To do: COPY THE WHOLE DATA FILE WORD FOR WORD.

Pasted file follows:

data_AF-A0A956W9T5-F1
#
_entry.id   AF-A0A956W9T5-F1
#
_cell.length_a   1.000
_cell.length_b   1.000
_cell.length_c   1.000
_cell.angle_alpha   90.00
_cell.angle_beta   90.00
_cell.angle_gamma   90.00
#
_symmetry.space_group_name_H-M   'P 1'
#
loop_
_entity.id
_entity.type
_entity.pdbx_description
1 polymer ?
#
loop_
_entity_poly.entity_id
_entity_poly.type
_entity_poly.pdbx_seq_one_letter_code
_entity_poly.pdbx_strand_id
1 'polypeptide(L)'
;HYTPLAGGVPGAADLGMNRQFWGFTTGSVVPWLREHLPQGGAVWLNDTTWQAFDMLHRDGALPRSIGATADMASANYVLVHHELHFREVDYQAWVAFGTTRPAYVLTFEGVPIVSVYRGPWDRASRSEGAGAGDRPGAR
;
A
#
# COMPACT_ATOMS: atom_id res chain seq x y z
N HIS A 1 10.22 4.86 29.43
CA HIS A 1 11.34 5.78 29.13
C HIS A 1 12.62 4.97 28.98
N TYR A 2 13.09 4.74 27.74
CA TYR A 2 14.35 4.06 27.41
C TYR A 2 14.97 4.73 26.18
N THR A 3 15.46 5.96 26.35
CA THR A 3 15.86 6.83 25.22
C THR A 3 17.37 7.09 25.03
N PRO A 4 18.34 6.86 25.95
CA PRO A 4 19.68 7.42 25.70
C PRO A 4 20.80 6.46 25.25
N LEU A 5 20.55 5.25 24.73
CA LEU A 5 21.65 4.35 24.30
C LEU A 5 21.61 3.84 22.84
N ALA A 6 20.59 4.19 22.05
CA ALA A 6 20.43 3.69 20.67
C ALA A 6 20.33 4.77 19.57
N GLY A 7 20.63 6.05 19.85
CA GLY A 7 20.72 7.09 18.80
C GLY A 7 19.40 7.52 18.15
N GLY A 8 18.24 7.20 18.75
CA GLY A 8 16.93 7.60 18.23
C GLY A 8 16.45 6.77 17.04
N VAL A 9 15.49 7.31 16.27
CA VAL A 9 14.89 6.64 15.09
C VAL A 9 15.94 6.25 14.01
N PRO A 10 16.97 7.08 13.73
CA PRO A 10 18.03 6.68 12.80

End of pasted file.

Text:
data_AF-A0A956W9T5-F1
#
_entry.id   AF-A0A956W9T5-F1
#
_cell.length_a   1.000
_cell.length_b   1.000
_cell.length_c   1.000
_cell.angle_alpha   90.00
_cell.angle_beta   90.00
_cell.angle_gamma   90.00
#
_symmetry.space_group_name_H-M   'P 1'
#
loop_
_entity.id
_entity.type
_entity.pdbx_description
1 polymer ?
#
loop_
_entity_poly.entity_id
_entity_poly.type
_entity_poly.pdbx_seq_one_letter_code
_entity_poly.pdbx_strand_id
1 'polypeptide(L)'
;HYTPLAGGVPGAADLGMNRQFWGFTTGSVVPWLREHLPQGGAVWLNDTTWQAFDMLHRDGALPRSIGATADMASANYVLVHHELHFREVDYQAWVAFGTTRPAYVLTFEGVPIVSVYRGPWDRASRSEGAGAGDRPGAR
;
A
#
# COMPACT_ATOMS: atom_id res chain seq x y z
N HIS A 1 10.22 4.86 29.43
CA HIS A 1 11.34 5.78 29.13
C HIS A 1 12.62 4.97 28.98
N TYR A 2 13.09 4.74 27.74
CA TYR A 2 14.35 4.06 27.41
C TYR A 2 14.97 4.73 26.18
N THR A 3 15.46 5.96 26.35
CA THR A 3 15.86 6.83 25.22
C THR A 3 17.37 7.09 25.03
N PRO A 4 18.34 6.86 25.95
CA PRO A 4 19.68 7.42 25.70
C PRO A 4 20.80 6.46 25.25
N LEU A 5 20.55 5.25 24.73
CA LEU A 5 21.65 4.35 24.30
C LEU A 5 21.61 3.84 22.84
N ALA A 6 20.59 4.19 22.05
CA ALA A 6 20.43 3.69 20.67
C ALA A 6 20.33 4.77 19.57
N GLY A 7 20.63 6.05 19.85
CA GLY A 7 20.72 7.09 18.80
C GLY A 7 19.40 7.52 18.15
N GLY A 8 18.24 7.20 18.75
CA GLY A 8 16.93 7.60 18.23
C GLY A 8 16.45 6.77 17.04
N VAL A 9 15.49 7.31 16.27
CA VAL A 9 14.89 6.64 15.09
C VAL A 9 15.94 6.25 14.01
N PRO A 10 16.97 7.08 13.73
CA PRO A 10 18.03 6.68 12.80